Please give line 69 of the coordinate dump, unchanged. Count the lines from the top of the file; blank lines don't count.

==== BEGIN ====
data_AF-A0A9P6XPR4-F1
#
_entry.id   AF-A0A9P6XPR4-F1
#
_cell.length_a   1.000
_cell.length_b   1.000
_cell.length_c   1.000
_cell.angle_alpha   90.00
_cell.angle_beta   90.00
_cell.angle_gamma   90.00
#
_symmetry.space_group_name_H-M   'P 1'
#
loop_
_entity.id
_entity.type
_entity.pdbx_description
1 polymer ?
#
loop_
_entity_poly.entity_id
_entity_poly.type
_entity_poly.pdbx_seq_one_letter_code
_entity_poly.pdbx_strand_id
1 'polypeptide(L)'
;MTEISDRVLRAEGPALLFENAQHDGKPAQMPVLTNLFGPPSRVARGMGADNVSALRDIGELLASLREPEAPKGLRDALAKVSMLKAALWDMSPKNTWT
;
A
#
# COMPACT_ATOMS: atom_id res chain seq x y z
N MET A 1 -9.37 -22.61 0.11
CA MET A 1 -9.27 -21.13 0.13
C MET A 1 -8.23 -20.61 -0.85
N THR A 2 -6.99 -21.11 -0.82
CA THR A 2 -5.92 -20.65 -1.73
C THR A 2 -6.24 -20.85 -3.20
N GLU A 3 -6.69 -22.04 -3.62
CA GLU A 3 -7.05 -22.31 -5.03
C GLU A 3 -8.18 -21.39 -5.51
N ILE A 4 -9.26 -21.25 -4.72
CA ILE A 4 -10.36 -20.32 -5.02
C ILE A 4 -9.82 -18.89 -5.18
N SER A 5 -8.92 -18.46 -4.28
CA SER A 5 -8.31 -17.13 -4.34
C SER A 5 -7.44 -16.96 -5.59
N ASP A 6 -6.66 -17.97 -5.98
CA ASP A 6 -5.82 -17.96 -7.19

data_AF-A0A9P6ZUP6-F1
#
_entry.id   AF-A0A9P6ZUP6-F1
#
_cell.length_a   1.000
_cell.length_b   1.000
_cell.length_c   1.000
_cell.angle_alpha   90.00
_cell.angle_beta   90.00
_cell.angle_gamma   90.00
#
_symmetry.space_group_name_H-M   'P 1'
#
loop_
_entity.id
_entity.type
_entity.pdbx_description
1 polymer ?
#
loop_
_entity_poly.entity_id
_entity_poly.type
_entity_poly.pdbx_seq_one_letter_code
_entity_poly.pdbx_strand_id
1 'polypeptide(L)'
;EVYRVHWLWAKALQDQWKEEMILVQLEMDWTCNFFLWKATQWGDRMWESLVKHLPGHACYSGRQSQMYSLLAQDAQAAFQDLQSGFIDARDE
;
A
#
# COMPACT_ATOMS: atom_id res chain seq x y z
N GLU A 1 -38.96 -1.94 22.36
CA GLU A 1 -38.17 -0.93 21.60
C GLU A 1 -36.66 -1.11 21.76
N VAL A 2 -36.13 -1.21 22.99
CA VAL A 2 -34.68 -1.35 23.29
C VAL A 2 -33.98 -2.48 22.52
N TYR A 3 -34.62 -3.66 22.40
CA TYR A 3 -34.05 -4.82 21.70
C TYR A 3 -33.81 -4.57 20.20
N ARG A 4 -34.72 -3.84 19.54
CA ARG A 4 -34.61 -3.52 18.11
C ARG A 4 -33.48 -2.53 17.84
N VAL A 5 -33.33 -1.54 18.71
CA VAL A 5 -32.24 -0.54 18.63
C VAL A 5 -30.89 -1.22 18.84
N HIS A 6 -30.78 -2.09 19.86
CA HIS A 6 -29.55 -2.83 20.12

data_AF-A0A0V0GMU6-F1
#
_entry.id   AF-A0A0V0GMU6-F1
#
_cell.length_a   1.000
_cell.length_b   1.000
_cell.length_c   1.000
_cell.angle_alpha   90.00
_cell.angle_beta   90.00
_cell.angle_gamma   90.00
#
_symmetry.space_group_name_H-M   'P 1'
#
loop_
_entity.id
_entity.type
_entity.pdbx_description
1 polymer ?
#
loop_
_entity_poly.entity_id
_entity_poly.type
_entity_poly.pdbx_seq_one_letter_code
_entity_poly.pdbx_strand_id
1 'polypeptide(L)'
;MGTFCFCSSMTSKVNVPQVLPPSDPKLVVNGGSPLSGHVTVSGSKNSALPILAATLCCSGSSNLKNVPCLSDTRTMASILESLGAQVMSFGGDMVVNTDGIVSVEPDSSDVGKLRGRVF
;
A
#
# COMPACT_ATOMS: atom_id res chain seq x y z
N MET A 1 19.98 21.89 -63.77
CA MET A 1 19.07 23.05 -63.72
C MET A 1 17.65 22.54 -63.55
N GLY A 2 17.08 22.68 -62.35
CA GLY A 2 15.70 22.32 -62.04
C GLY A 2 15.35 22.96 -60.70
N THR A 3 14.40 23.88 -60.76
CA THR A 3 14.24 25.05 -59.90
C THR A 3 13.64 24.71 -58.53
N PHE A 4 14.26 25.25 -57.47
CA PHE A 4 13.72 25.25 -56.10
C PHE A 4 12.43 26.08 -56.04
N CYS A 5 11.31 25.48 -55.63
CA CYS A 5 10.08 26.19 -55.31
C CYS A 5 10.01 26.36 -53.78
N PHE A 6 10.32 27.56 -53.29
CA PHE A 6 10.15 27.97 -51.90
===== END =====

_entity_poly.type